For a partial list of medications which have weight gain as a side
effect see Appendix 15b
The two drugs which are presently available and most
commonly used weight reducers are Orlistat and Sibutramine.
Characteristics of the Commonly used Antiobesity Medications
|Indicated for long-term treatment
||Blood pressure monitoring is required before and during therapy
||Patients must take a multivitamin supplement (2h before a dose).
No dose should be taken if a meal is missed or contains no fat
||Hypertension, tachycardia, dry mouth, anorexia, insomnia, constipation
||Abdominal pain, oily spotting, fecal urgency, flatulence with discharge,
fatty stools, fecal incontinence, increased defecation, increased
||Severe hypertension or poorly controlled hypertension, heart failure,
coronary artery disease, arrhythmias, or stroke
||Malabsorption syndrome and cholestasis. Use with caution in patients
with history of nephrolithiasis.
||Monoamine oxidase inhibitors, selective serotonin-reuptake inhibitors,
drugs that increase blood pressure or heart rate, ketoconazole[b]
||Fat-soluble vitamins, beta-carotene, and possibly cyclosporine
|Use with caution
||History of hypertension, seizures, narrow angle glaucoma
||History of hyperoxaluria or calcium oxalate nephrolithiasis
||Take once daily in the mornings. Have blood pressure and pulse checked
||Take one capsule t.id. with each meal. If meal is missed or contains
no fat, then dose can be skipped. Take a multivitamin daily 2 hr before
or after dose. Comply with a low-fat diet.
- None of these medications should be used in patients with a
history of anorexia nervosa or bulimia.
- Interactions do not appear to be clinically significant
Metformin was used in the past as a weight reducing
agent even in people with normal glucose levels. But its use has decreased
with the availability of sibutramine and orlistat.
With the increasing awareness of the critical role played by insulin resistance,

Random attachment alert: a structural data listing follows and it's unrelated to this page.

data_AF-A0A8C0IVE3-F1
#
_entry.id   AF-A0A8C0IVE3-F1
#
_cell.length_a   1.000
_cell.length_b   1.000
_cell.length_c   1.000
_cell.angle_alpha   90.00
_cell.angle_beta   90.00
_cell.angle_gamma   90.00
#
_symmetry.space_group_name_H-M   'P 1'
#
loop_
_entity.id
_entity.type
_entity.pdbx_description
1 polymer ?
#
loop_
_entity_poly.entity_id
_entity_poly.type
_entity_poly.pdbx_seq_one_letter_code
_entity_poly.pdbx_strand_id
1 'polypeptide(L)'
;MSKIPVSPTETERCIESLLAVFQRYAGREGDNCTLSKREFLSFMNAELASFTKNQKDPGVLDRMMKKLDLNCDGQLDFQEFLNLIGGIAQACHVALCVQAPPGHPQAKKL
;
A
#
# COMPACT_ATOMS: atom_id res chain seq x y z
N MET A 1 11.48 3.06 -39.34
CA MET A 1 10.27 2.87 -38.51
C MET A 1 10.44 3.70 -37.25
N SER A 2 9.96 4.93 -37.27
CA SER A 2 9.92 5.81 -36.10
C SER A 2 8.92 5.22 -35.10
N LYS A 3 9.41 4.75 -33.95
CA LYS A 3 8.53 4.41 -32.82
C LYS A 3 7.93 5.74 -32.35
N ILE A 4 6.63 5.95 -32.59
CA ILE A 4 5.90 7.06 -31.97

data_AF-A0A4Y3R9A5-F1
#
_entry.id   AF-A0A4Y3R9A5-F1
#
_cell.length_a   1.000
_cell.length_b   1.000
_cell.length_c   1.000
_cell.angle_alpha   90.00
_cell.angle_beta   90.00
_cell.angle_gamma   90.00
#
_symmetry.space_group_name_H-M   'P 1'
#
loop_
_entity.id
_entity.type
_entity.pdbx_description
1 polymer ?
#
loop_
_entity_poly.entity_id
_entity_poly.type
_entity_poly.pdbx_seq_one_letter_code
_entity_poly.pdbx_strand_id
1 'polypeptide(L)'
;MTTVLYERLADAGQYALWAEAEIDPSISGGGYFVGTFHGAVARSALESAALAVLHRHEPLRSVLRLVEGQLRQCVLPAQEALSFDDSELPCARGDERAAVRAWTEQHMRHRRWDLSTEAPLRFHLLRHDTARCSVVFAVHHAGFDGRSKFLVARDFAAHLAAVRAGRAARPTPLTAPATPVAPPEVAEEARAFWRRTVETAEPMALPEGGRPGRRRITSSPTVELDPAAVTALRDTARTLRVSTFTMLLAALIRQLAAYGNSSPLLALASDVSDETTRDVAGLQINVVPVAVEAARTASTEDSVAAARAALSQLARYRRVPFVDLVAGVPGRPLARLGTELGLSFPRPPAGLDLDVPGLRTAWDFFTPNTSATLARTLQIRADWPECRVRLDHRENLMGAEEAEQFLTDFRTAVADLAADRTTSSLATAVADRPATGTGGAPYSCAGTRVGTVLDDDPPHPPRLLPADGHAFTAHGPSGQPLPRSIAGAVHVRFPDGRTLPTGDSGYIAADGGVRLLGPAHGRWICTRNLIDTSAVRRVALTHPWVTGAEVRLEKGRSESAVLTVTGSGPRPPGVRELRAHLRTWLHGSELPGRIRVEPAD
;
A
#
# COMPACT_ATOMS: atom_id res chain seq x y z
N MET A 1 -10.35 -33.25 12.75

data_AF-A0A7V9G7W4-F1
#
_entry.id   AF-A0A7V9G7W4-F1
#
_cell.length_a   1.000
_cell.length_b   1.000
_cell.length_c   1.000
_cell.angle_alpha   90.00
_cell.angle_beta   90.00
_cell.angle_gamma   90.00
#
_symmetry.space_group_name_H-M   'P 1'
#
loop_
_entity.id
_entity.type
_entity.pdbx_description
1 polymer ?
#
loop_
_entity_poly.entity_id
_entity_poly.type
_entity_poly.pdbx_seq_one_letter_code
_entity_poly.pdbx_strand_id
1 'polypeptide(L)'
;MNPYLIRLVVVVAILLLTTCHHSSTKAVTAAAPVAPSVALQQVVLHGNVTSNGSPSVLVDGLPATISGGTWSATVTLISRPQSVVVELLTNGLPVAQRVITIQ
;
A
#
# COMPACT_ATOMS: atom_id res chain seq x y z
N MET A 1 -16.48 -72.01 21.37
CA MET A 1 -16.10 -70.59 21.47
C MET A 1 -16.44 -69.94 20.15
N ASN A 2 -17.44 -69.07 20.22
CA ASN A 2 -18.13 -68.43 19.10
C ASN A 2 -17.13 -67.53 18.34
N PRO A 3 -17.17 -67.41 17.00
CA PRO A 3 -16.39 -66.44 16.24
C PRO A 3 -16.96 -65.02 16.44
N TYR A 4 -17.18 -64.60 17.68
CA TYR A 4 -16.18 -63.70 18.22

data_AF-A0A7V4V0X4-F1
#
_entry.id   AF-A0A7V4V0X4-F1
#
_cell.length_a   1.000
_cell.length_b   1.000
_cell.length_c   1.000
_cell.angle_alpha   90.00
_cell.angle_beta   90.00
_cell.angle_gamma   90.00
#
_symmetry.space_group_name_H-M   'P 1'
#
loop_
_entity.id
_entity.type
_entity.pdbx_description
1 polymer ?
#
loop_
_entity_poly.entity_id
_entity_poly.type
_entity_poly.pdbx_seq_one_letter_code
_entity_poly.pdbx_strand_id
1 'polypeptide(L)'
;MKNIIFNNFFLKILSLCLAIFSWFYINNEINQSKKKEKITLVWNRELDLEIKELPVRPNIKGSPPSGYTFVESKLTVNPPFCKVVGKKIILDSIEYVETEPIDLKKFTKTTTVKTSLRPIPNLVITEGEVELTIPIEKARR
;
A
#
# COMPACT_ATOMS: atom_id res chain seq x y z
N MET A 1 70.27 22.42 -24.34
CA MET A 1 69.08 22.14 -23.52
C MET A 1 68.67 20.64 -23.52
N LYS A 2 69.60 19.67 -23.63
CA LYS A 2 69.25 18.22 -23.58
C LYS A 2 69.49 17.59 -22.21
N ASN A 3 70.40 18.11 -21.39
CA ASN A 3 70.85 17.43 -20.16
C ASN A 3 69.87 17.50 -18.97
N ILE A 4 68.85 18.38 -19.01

which leads to many disorders such as Polycystic Ovary Syndrome (PCOS),
etc., as well as being a serious risk factor for diabetes and premature
cardiovascular disease, its use especially in patients with impaired glucose
tolerance, and this is especially so in patients with a family history
of diabetes and premature cardiovascular disease.
Many trials have shown that a 20 mg dose of rimobanant,
which is used in the management of obese diabetics, can lead to an average
weight loss of approximately 6 kg over a year when accompanied with lifestyle
therapies. Importantly, it leads to a decrease in abdominal obesity and
improves cardiovascular risk factors. The most common reported side effects
include depression, anxiety, and nausea and should not be used in patients
on anti-depressives. It is NOT accepted for use by the U.S. FDA.
GLP-1 analogues have been shown to be associated
with weight loss, although the DPP-IV inhibitors are weight neutral.
The glitazones tend to increase the weight. But it
is now being increasingly realized that whilst the glitazones may slightly
increase the fat levels in the body, they very significantly decrease
the levels of central or visceral obesity. At the same time questions
have been raised about the cardiovascular safety of rosiglitazone and
it remains to be seen whether this is a class effect and applies to pioglitazone
Other drugs including sympathomimetics are now rarely used.
Although some other drugs such as bupropion and topiramate
are being "pushed" as agents to use in obesity, but are not
widely accepted as antiobesity drugs.
Phentermine by itself continues to be occasionally used.
Drugs such as fenfluramine, ephedra and phenylpropanolamine should NEVER
be used. One has to be very careful as many OTC drugs and herbal products
contain them or similar agents and can be dangerous in the long term.
Weight loss surgery is
an option in carefully selected patients with clinically severe obesity
with comorbid conditions when less invasive methods have failed and the
patient is at high risk for obesity-related morbidity and mortality.